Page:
Decluttering your home can be an overwhelming process, but it can also be a rewarding one. However, many people make common decluttering mistakes that can hinder their progress. By avoiding these mistakes, you can make the process more manageable and achieve your desired outcome. Here are some common decluttering mistakes to avoid:
Not Having a Plan
Before you begin decluttering, it’s essential to have a plan in place. This will help you stay focused and avoid getting overwhelmed. Start by identifying the areas of your home that need decluttering and set realistic goals for each area. For example, you might declutter your closet and then move on to your kitchen.
Holding Onto Sentimental Items
It can be difficult to let go of sentimental items, but holding onto too many can clutter your home and make it difficult to organize. To avoid this mistake, limit how many sentimental items you keep. For example, you might keep one or two items from each family member or friend.
Being Too Ambitious
Decluttering your entire home in one weekend might seem like a good idea, but it’s not always realistic. Being too ambitious can lead to burnout and frustration. Instead, break the process down into smaller, more manageable tasks. For example, you might decide to declutter one room per week.
Not Letting Go of Guilt
Many people hold onto items out of guilt, whether because they feel obligated to keep them or guilty about getting rid of them. To avoid this mistake, remind yourself that it’s okay to let go of things that no longer serve a purpose in your life. Focus on the benefits of decluttering, such as having a more organized and functional home.
Not Seeking Professional Help
If you’re feeling overwhelmed or unsure about how to start decluttering, consider seeking the help of a professional organizer. They can provide guidance and support throughout the process and help you develop a plan that works for you.
If you’re looking for quick wins, start with easy things to declutter, such as damaged clothing, uncomfortable shoes, and old magazines. Set a timer for 15 minutes and see how much you can get rid of in that time. You’ll be surprised at how much progress you can make in a short amount of time.
Don’t forget to donate or sell any items in good condition. Not only will you be helping someone else, but you’ll also be reducing waste and doing your part for the environment.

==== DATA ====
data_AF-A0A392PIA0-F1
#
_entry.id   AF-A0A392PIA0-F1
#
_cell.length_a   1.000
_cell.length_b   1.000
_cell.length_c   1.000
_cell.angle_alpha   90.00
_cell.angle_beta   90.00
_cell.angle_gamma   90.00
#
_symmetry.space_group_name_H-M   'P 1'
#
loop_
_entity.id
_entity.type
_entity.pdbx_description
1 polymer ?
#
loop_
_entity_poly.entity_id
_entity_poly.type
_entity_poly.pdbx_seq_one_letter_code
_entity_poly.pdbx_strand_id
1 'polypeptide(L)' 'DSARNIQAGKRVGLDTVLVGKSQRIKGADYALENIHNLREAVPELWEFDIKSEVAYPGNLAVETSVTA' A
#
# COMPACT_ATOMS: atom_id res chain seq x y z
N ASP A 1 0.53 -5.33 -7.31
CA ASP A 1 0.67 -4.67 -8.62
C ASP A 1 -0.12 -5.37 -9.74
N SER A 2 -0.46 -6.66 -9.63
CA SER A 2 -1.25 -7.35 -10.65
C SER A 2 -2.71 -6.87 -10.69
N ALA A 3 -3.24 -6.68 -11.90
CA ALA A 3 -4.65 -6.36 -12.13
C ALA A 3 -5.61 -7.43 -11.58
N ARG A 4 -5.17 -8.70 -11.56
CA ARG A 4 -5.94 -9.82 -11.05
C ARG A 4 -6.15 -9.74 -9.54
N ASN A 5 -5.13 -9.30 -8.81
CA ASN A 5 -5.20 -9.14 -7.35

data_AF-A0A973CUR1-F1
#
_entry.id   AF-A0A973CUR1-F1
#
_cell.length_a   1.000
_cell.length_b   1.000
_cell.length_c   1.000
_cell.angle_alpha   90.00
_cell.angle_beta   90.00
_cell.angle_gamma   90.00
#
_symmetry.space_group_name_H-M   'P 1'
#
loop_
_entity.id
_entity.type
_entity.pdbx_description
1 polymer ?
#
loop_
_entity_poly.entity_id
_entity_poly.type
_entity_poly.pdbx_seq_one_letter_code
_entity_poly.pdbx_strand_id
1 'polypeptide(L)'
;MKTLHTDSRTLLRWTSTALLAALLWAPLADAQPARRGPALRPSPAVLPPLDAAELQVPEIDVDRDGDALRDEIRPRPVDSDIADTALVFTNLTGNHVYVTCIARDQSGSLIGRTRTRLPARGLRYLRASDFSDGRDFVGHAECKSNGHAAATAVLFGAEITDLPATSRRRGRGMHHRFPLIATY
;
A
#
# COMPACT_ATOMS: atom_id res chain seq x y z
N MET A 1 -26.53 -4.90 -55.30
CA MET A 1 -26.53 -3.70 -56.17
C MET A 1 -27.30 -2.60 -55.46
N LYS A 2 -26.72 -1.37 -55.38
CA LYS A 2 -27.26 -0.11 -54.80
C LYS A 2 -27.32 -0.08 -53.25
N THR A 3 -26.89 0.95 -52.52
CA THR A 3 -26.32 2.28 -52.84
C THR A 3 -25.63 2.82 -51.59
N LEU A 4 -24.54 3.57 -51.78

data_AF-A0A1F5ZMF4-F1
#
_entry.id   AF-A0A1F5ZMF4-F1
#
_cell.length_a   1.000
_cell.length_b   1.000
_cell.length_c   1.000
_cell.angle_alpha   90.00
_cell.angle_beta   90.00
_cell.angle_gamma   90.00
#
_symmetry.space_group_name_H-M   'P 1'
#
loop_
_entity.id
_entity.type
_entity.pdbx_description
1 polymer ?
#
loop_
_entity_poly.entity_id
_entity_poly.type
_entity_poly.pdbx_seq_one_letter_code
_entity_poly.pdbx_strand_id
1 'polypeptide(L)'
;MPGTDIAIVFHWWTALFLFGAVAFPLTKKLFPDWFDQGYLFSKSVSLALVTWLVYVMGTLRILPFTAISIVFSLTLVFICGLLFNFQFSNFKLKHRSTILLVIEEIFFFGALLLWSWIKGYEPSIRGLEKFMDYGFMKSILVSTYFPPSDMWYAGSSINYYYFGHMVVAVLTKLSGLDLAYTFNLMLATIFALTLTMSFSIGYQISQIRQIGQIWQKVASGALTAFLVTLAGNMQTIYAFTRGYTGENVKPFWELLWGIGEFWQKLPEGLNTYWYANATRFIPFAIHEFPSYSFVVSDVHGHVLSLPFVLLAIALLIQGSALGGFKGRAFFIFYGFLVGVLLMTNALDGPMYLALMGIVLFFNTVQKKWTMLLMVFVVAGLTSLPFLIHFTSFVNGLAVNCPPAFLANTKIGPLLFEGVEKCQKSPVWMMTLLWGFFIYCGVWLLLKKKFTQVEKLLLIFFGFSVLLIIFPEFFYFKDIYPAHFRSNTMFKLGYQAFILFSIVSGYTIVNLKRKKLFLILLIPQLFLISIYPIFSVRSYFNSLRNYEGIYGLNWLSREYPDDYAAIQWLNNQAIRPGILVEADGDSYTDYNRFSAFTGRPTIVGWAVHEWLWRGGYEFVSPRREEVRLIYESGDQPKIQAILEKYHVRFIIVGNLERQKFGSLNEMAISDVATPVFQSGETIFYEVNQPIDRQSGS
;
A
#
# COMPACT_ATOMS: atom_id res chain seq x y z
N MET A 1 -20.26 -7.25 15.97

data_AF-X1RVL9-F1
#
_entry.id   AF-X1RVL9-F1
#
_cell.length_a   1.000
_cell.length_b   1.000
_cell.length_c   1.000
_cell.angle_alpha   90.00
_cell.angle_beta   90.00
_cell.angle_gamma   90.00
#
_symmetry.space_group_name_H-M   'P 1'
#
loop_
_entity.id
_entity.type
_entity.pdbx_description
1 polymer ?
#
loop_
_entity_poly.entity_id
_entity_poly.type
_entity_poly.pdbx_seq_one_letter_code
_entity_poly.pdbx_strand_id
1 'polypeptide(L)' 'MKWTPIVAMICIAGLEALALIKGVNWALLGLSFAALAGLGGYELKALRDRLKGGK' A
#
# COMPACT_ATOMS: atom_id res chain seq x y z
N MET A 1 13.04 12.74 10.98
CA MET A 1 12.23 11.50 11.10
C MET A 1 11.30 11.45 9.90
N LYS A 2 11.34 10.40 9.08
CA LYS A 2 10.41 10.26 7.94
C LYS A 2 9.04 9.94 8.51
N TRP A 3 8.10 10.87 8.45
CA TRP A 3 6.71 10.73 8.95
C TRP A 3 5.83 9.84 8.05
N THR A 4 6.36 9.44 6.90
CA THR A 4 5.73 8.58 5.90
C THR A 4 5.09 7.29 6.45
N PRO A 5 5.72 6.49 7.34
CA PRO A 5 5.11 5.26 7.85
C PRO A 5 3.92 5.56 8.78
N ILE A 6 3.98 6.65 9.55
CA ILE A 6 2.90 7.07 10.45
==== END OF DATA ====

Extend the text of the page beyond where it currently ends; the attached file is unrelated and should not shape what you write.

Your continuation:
Frequently Asked Questions
What Are Some Categories to Consider When Decluttering?
When decluttering, it’s important to consider various categories, such as clothing, books, papers, kitchen items, sentimental items, and electronics. These categories can be broken down even further to make the decluttering process more manageable.
What Are Some Items That Should Be Decluttered Before Fall?
Before fall, it’s a good idea to declutter summer clothing, beach gear, and outdoor equipment that won’t be used during the colder months. You may also want to consider decluttering any broken items or no longer serve a purpose.
What Is the 20/80 Rule for Decluttering?
The 20/80 rule states that we only use 20% of our possessions 80% of the time. This means we can declutter 80% of our possessions while keeping the items we use and love.
What Is the 5-Year Rule for Decluttering?
The 5-year rule suggests that if you haven’t used or worn an item in 5 years, it’s time to let it go. This can be applied to clothing, books, and other items that may no longer serve a purpose in your life.
What Is the 100 Things Decluttering Challenge?
The 100 things decluttering challenge is to declutter your possessions down to only 100 items. This can be a difficult challenge, but it can also be a great way to simplify your life and focus on the things that truly matter.
What Are Some Extreme Decluttering Checklist Items to Consider?
Extreme decluttering checklist items may include getting rid of duplicates, decluttering sentimental items, and downsizing your living space. It’s important to approach extreme decluttering with caution and only to get rid of items that truly no longer serve a purpose in your life.